Reading a Food Label

Autor: Allyson Distel, MPH
Fecha de la última revisión: January 12, 2024

What is a food label?

Most foods have a Nutrition Facts or “food label” on the package. This label shows you what the nutritional facts are of the food. Looking at the label can help you decide if a food is a good choice for you and how much of it to eat. Talk to your care team about what nutrition facts are most important to your dietary needs.

What are the parts of a food label?

Example of a food label. 

Food labels have nutrient sections and have the name of the nutrient on the left. To the right of each nutrient, there are two things shown:

  1. Grams (g) or Milligrams (mg): a measurement unit that tells you how much of a nutrient is in the food.
  2. Daily Value Percent (%DV): tells you how much of that food goes toward your daily intake. Daily intake means the food you eat in a day. When looking at %DV, 5% or less means low in a nutrient and 20% or more is high.

These numbers are important to look at if you want to eat more or less of a certain nutrient.

 The sections on a food label are:

  • Servings per container.
  • Serving size.
  • Calories.
  • Total Fat.
  • Cholesterol.
  • Sodium.
  • Total Carbohydrate.
  • Protein.
  • Minerals/Vitamins.

What is a serving size?

A serving size on a food label shows you how much is often eaten. It is not a suggestion. This section will also tell you how many servings are in the whole container of food.

What are calories?

A calorie is how much energy you get from a food. The number of calories you should eat in a day is based on your height, weight, sex, age, if you exercise and how much, and your health needs. But most people eat about 2,000 calories daily.

What is total fat?

In the total fat section, you will often see two types of fat:

  • Saturated fat is fat that is solid at room temperature and is found in foods like fatty meats (certain cuts of beef and pork, and dark chicken meat) and some dairy foods (whole milk, cheese, and ice cream).
  • Trans fat is fat found in foods where liquid oils are turned into solid fat. It is found in fried foods, margarine, shortening, and some frozen foods, among others. Both types of fat can be unhealthy if eaten too much.

What is cholesterol?

Cholesterol is made by the liver, and it is in all cells in the body. Cholesterol levels can be high in cancer cells so your provider may want you to eat a low cholesterol diet. Cholesterol is found in meat, egg yolks, and spreads like butter and cream cheese.

What is sodium?

Sodium is the amount of salt in a food. Sodium can make your blood pressure higher so checking this on a food label is important. If your care team tells you to eat less sodium, the Food and Drug Administration (FDA) suggests eating less than 2,300 mg. daily. Some foods that are high in sodium are bread, pizza, soup, deli meats, popcorn, and pretzels.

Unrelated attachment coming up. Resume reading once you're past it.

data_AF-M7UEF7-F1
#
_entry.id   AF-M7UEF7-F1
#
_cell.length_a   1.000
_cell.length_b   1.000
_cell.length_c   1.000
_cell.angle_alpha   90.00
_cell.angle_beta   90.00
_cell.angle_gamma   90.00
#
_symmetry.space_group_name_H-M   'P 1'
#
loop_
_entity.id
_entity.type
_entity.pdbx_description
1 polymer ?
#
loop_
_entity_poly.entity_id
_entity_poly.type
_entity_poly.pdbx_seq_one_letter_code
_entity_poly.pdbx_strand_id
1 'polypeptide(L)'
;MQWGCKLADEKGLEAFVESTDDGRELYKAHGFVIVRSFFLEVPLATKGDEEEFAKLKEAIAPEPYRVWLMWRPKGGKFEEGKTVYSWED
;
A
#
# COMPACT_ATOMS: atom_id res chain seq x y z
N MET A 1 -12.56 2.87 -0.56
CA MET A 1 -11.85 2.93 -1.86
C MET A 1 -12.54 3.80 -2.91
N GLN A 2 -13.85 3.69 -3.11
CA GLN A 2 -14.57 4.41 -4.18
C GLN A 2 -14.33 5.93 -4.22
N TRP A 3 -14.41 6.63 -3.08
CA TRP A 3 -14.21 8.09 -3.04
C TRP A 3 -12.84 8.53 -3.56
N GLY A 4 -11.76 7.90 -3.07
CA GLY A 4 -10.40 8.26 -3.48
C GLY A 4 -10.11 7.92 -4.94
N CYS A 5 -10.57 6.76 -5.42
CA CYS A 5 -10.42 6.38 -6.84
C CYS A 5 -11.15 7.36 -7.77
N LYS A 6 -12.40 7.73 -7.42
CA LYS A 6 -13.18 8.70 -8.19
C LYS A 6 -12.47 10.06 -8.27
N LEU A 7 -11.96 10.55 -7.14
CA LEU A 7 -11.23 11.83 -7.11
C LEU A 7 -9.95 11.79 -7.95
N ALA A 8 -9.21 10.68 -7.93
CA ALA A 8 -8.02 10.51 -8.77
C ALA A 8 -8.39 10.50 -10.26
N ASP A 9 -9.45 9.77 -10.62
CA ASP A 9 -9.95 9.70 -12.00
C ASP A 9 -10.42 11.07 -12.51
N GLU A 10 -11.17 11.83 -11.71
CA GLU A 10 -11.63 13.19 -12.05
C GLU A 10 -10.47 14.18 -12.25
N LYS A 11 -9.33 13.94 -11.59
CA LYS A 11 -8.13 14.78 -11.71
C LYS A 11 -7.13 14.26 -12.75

What is total carbohydrate?

Total carbohydrates show the total percentage of dietary fiber, sugar, and added sugar in the food. Based on your treatment plan, your provider may want you to have a low-fiber or high-fiber diet. Look at this section to see how much fiber is in the food. Sugar and added sugar are also in this section. Sugar on the food label means the natural sugar in food and drinks. There are natural sugars in milk and fruit. Added sugar means extra sugar that is added as the food is processed. Some cereals, candy, syrups, cookies, and ice cream have added sugars.

What is protein?

Protein helps the body have energy and helps the body to heal. It also helps the body develop and hair, skin, and nails to grow. The FDA suggests that if you are eating 2,000 calories daily, you should have about 50 g. of protein. Some foods that have protein are nuts, meat, soy products, and beans.

What are minerals and vitamins?

The minerals and vitamins at the bottom of a food label such as vitamin D, calcium, iron, and potassium are good nutrients that people often need more of. These are required to be on the label by the FDA.

  • Vitamin D: Helps to keep bones and tissues strong by absorbing calcium and phosphorus.
  • Calcium: Helps the body develop teeth and keep bones strong.
  • Iron: Can help your body make red blood cells, helps with growth and development, and helps to make some hormones.
  • Potassium: Helps maintain the fluid balance in our body. It also helps your muscles work and can help you to have a healthy blood pressure.

It can be hard to decide what foods are right for you. A dietitian can help you figure this out. Your provider may want you to have a blood test to see if your body has too much or not enough nutrients. Ask your care team about what you should look for when looking at a food label.


American Cancer Society (2020). Understanding Food Terms. 

American Heart Association (2018). A Primer on Potassium. 

Firman, T. (2019). This is the difference between sugar and added sugar on a food label. 

Kuzu OF, Noory MA, Robertson GP. The Role of Cholesterol in Cancer. Cancer Res. 2016 Apr 15;76(8):2063-70. Retrieved from: doi: 10.1158/0008-5472.CAN-15-2613.

National Institutes of Health (2023). Calcium in Diet. 

National Institutes of Health (2022). How to Read Food Labels. 

National Institutes of Health (2023). Vitamin D

Seitz, A., Madell, R., Nall, R. (2023). Good Fats, Bad Fats, and Heart Disease. 

U.S. Food and Drug Administration (2021). Cholesterol. 

U.S. Food and Drug Administration (2023). How To Understand and Use The Nutrition Facts Label. 

U.S. Food and Drug Administration (2023). Nutrition Education, Resources, and Materials. 

U.S. Food and Drug Administration (2019). Nutrition Facts Label Images for Download. 

U.S. Food and Drug Administration (2021). Protein.

U.S. Food and Drug Administration (2021). Sodium. 


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